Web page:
External engagement, with regional trading blocs or through the multilateral trading system, can help address each of these concerns. It can help address the interest group problem by widening the process of policy formulation to include powerful interest groups involved in export activities, as well as the import-competing interest groups normally engaged in the process of trade policy formulation.
International trade negotiations can directly deal with the terms-of-trade problem resulting from foreign trade barriers by increasing market access in partner markets, and by increasing the supply and lowering the price of imports from partners (Bagwell and Staiger1999). Developing countries’ commitments to lower barriers in the future, or to maintain low barriers, can acquire greater credibility when made through international treaty commitments than through autonomous reforms. Finally, internationally agreed rules and dispute settlement mechanisms can help provide protect small countries against unilateral actions by larger countries.1<href=”#_ftn6″ name=”_ftnref6″ title=””>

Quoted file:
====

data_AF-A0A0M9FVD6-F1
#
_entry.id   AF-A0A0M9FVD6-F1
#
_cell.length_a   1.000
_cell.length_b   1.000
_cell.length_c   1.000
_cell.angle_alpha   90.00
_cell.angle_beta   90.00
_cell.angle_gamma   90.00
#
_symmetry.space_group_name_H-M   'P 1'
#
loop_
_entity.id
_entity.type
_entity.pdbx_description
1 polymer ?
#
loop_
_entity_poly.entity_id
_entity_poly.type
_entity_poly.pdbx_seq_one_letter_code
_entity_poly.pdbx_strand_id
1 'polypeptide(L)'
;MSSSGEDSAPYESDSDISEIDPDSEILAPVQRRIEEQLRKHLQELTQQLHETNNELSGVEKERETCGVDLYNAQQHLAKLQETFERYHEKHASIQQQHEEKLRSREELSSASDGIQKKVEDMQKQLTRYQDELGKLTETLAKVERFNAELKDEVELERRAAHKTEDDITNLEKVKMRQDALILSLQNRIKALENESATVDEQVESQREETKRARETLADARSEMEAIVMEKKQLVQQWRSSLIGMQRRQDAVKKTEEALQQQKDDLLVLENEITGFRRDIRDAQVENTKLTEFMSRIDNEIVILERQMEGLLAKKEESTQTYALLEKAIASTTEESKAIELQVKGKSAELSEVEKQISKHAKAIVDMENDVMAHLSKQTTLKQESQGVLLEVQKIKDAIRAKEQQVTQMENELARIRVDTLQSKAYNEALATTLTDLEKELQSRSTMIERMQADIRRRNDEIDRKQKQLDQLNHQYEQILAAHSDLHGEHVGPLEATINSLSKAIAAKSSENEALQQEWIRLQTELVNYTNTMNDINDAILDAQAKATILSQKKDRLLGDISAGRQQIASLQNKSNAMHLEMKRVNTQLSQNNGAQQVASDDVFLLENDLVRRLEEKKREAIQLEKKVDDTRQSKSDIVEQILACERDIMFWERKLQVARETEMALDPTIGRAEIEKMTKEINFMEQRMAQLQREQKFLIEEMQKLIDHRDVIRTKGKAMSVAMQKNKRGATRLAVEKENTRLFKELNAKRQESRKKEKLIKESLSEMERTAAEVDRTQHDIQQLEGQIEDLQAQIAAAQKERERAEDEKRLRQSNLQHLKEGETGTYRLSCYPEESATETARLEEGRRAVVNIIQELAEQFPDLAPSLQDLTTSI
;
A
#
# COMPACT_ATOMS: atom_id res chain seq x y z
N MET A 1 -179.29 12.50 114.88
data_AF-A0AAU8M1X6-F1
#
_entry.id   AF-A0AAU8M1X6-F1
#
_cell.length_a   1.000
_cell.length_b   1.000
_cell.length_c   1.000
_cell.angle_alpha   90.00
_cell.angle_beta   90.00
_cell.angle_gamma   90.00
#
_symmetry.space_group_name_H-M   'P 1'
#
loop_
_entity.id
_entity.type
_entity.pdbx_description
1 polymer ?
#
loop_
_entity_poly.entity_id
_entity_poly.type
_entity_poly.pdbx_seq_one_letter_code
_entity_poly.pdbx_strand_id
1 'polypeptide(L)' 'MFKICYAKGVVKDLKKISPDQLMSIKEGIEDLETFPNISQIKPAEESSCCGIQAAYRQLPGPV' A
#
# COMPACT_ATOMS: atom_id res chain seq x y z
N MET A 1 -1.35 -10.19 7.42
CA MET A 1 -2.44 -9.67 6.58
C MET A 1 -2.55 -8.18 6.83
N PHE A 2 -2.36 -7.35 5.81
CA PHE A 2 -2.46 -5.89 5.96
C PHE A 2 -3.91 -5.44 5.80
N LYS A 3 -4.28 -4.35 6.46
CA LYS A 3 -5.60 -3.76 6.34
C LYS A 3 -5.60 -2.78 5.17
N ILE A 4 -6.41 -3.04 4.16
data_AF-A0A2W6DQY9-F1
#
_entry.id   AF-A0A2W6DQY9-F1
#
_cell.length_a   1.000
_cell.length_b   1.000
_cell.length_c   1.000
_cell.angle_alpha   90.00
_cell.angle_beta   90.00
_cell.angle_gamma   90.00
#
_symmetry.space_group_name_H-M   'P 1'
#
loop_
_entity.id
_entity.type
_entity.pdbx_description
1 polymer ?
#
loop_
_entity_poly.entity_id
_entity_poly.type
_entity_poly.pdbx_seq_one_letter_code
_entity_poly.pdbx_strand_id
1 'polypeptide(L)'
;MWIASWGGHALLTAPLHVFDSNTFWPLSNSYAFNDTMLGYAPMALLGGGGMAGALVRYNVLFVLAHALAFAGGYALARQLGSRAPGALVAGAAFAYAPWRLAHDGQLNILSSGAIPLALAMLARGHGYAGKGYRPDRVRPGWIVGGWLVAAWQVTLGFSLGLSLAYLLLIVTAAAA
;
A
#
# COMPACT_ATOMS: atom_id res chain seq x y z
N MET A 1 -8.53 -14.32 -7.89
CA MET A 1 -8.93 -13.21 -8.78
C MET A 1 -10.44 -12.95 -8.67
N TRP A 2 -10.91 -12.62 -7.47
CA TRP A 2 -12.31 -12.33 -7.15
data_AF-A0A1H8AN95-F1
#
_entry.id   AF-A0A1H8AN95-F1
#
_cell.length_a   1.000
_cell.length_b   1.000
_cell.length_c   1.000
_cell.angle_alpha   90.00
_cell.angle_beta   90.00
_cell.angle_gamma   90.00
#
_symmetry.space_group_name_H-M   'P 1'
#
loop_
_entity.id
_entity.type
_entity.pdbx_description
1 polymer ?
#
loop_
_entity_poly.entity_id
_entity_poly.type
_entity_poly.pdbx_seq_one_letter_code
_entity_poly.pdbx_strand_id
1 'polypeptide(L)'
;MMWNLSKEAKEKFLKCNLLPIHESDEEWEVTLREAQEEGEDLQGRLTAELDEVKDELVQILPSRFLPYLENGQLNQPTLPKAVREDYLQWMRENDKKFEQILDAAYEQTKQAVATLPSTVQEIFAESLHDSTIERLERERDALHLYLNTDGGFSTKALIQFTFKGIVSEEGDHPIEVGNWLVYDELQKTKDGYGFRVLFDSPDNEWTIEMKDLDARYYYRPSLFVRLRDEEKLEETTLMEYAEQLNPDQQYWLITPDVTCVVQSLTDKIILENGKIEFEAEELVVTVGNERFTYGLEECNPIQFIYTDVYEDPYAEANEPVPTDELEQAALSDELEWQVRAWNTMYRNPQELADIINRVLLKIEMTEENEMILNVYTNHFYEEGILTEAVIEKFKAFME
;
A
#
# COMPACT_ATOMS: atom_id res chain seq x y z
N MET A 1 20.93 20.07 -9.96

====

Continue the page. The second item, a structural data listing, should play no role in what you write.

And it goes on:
International trade agreements can also help overcome the inability of autonomous governments to commit their successors to continuation of a policy reform. This is potentially an important gain in countries with a long history of policy reversal, where investors are likely to be unwilling to invest on the basis of a policy reform that may turn out to be short-lived. Such a gain, of course, assumes that the international treaty is sufficiently strong as to substantially reduce the likelihood of reversal.
Exports of Sub-Groups of Developing Countries: